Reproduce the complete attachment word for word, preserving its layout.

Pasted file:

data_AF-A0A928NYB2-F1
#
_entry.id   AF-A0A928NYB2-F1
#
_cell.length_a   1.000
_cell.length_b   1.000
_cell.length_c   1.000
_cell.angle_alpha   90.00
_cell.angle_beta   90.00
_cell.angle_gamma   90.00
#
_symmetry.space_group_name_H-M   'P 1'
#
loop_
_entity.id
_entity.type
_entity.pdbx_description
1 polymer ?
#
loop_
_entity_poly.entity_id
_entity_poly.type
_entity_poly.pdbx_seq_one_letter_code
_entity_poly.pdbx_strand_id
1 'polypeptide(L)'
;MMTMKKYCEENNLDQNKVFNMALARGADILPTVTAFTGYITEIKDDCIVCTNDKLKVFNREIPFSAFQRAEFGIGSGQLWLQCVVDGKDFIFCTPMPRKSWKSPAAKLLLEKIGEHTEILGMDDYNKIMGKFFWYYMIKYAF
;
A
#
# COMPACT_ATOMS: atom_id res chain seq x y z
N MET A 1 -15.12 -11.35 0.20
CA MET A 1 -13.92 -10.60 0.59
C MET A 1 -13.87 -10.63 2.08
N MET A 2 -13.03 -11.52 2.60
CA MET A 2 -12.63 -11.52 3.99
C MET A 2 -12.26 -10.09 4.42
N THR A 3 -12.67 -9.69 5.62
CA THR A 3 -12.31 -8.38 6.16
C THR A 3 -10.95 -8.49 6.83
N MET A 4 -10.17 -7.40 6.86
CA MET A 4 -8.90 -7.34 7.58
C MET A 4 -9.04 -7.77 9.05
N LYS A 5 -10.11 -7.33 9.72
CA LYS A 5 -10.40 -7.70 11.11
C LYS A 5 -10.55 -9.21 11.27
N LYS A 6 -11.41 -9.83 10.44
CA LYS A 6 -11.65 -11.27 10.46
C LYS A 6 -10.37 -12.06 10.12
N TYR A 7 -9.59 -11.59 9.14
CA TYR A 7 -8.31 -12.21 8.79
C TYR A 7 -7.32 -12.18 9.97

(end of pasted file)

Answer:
data_AF-A0A928NYB2-F1
#
_entry.id   AF-A0A928NYB2-F1
#
_cell.length_a   1.000
_cell.length_b   1.000
_cell.length_c   1.000
_cell.angle_alpha   90.00
_cell.angle_beta   90.00
_cell.angle_gamma   90.00
#
_symmetry.space_group_name_H-M   'P 1'
#
loop_
_entity.id
_entity.type
_entity.pdbx_description
1 polymer ?
#
loop_
_entity_poly.entity_id
_entity_poly.type
_entity_poly.pdbx_seq_one_letter_code
_entity_poly.pdbx_strand_id
1 'polypeptide(L)'
;MMTMKKYCEENNLDQNKVFNMALARGADILPTVTAFTGYITEIKDDCIVCTNDKLKVFNREIPFSAFQRAEFGIGSGQLWLQCVVDGKDFIFCTPMPRKSWKSPAAKLLLEKIGEHTEILGMDDYNKIMGKFFWYYMIKYAF
;
A
#
# COMPACT_ATOMS: atom_id res chain seq x y z
N MET A 1 -15.12 -11.35 0.20
CA MET A 1 -13.92 -10.60 0.59
C MET A 1 -13.87 -10.63 2.08
N MET A 2 -13.03 -11.52 2.60
CA MET A 2 -12.63 -11.52 3.99
C MET A 2 -12.26 -10.09 4.42
N THR A 3 -12.67 -9.69 5.62
CA THR A 3 -12.31 -8.38 6.16
C THR A 3 -10.95 -8.49 6.83
N MET A 4 -10.17 -7.40 6.86
CA MET A 4 -8.90 -7.34 7.58
C MET A 4 -9.04 -7.77 9.05
N LYS A 5 -10.11 -7.33 9.72
CA LYS A 5 -10.40 -7.70 11.11
C LYS A 5 -10.55 -9.21 11.27
N LYS A 6 -11.41 -9.83 10.44
CA LYS A 6 -11.65 -11.27 10.46
C LYS A 6 -10.37 -12.06 10.12
N TYR A 7 -9.59 -11.59 9.14
CA TYR A 7 -8.31 -12.21 8.79
C TYR A 7 -7.32 -12.18 9.97